Researchers at Lund University, Sweden, have developed the world’s fastest camera capable of filming at a rate equivalent to five trillion images per second – or, events as short as 0.2 trillionths of a second. This new ground-breaking camera, researchers say, will be able to observe incredibly fast processes in chemistry, physics, biology and biomedicine, that so far have not been caught on film.
To demonstrate their technology, researchers used the camera to capture how light – a collection of photons – travels a distance corresponding to the thickness of a paper. In reality, the process takes a picosecond – one trillionth of a second, but using the camera, the process was slowed down by a trillion times.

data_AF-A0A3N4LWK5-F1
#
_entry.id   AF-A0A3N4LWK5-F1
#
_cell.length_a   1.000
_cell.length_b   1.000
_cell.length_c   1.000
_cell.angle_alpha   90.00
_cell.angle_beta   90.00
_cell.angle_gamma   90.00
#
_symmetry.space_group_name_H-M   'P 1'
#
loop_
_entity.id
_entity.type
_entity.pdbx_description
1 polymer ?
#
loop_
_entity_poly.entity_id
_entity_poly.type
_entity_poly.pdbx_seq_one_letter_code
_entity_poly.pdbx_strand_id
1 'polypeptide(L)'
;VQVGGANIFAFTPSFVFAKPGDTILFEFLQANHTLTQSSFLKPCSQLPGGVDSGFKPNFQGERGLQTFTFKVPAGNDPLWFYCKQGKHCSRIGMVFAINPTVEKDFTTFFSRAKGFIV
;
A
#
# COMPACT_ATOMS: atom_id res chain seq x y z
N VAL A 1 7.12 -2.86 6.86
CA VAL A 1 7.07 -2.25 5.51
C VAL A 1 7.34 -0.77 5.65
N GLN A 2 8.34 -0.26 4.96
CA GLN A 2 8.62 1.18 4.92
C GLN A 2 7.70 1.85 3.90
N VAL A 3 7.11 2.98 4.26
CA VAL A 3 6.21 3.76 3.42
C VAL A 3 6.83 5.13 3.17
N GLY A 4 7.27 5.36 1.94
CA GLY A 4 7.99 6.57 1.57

Current high-speed cameras capture images one by one in a sequence, but the new technology captures several coded images in one picture and uses an algorithm to arrange them into a video sequence afterwards. The technology has been given the name FRAME, which stands for Frequency Recognition Algorithm for Multiple Exposures.
Reference: FRAME: femtosecond videography for atomic and molecular dynamics. Light: Science & Applications, 2017. DOI: 10.1038/lsa.2017.45